As a mother-to-be, whether or not to breastfeed your child is a big decision. We all know it has immense benefits for baby and mom, but as any nursing mom will attest to, breastfeeding involves major lifestyle changes and a lot of sacrifices.
When it comes to nursing twins, that’s a different game altogether. The benefits, but also the sacrifices, are doubled. So if you’re a bit apprehensive about what to do, you are not alone. Luckily, here at Twin Life Magazine we are blessed to have an amazing “Brain Trust” of experienced moms of twins, and we sought their advice on this important topic.
The overall consensus? It’s not easy. Should we say it again? It’s not easy! So be prepared to arm yourself with lots of patience, perseverance and quite possibly a nipple guard or two. For most moms of twins, a breast pump is a must. Supplementing with formula is a very real possibility. But if you decide to give it a try, and you stick with it, even for a little while, it’s heaven. There’s nothing nicer than having your little ones stare at you, their skin against yours, as you feed them.
Setting Up Realistic Expectations for Breastfeeding Twins
When Mila Penta’s twin daughters Victoria and Madison were born last October, Mila had plans to nurse “for as long as I could, possibly a year.” Soon, reality set in for the Natick, MA mom. “To my surprise, it was a little tougher than I had thought it was going to be,” she says. Her daughters latched on well and were gaining weight, “but the process was very time consuming,” says Mila.
The doctors at the hospital were very supportive of Mila’s choice to breastfeed, but because her girls were a bit premature they also wanted her to supplement the feedings with formula. “I had to breastfeed one twin on each breast for about 20-30 minutes, then I would feed them each two ounces of formula.” Mila also had to pump for 30 minutes after each feeding, to make sure her milk supply came in. It was a full-time job that many moms of twins can relate to: the girls ate every two to three hours but the process of feeding them took about one to one-and-a-half hours. But the process “got a lot easier with time,” Mila says. She used the “My Brest Friend Twins Plus Deluxe Nursing Pillow” and thought it was “extremely helpful” because she could feed both girls at the same time. Having extra sets of hands was key: “My husband and mother helped feed the babies the formula, which helped with the time too.”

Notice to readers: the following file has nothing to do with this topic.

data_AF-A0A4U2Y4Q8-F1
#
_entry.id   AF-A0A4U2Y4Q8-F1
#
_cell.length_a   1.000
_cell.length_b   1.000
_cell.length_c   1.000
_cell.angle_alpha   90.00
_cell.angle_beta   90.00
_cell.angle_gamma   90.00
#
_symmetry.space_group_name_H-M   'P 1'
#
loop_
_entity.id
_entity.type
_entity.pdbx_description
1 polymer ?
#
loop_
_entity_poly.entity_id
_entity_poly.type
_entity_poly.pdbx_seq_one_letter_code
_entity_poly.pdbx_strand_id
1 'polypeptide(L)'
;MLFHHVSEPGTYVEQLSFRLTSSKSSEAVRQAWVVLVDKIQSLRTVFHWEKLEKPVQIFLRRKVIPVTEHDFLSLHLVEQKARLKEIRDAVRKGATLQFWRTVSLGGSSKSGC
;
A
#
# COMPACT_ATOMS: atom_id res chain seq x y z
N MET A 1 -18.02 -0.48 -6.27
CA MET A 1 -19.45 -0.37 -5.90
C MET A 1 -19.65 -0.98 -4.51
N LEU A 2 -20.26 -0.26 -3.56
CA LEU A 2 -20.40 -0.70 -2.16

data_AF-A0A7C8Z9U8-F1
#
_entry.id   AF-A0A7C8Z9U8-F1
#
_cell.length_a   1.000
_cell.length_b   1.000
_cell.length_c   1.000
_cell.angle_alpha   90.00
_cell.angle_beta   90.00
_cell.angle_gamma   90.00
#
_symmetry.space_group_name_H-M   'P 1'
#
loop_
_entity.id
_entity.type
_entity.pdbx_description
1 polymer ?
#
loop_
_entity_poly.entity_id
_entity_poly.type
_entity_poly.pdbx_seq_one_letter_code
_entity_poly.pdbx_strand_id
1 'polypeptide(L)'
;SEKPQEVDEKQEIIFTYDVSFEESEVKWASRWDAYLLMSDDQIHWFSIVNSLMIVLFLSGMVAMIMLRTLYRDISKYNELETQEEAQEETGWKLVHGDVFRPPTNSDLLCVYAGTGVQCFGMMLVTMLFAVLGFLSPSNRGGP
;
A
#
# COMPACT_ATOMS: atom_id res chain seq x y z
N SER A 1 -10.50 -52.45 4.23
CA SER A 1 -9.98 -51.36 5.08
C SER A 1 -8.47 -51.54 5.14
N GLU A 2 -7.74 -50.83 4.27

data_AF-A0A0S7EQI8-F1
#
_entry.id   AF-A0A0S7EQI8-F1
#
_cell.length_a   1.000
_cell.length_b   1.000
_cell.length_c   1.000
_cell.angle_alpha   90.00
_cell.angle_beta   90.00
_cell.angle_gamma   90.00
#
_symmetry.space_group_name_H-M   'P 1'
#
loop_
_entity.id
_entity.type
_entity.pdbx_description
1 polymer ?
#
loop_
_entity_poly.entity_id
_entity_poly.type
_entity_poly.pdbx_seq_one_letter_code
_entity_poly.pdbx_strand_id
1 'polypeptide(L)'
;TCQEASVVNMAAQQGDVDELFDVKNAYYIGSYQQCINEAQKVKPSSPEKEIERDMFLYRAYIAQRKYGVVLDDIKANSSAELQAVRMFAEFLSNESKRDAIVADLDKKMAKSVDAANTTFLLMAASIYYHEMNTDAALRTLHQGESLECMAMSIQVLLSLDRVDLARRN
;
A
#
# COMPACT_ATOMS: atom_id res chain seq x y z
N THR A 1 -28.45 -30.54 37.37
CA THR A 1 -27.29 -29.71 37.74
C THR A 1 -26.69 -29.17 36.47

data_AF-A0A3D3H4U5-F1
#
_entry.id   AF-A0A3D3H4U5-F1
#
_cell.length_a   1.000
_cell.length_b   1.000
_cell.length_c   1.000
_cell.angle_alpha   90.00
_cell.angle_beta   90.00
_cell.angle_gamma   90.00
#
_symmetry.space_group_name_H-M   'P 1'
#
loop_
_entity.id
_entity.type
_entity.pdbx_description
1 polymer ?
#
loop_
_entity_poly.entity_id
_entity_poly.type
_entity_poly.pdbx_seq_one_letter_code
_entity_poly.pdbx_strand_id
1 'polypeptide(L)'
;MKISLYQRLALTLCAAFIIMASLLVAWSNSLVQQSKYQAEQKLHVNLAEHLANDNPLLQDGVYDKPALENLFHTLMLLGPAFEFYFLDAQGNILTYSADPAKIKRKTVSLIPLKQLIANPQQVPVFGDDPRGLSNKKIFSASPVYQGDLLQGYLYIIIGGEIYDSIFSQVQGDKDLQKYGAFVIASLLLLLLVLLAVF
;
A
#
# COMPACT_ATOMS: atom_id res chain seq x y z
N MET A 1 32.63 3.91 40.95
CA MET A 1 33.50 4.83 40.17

Mom blogger Farrah Ritter of Simpsonville, South Carolina advises moms to be prepared for “a lot of work.” After successfully nursing her first son for a year, she thought that nursing her twins Chase and Lincoln, now 15 months old, would turn out the same way. “What they don’t tell you is that it might not be so easy the second time…I did make it six months, but it was work and I did not enjoy it as much as I did with my first because it was so awkward,” she says. “The only plus was that I was completely prepared for the pain — cracking, bleeding, agony — those first few weeks, and it didn’t happen, I was fine.”
Success Through Perseverance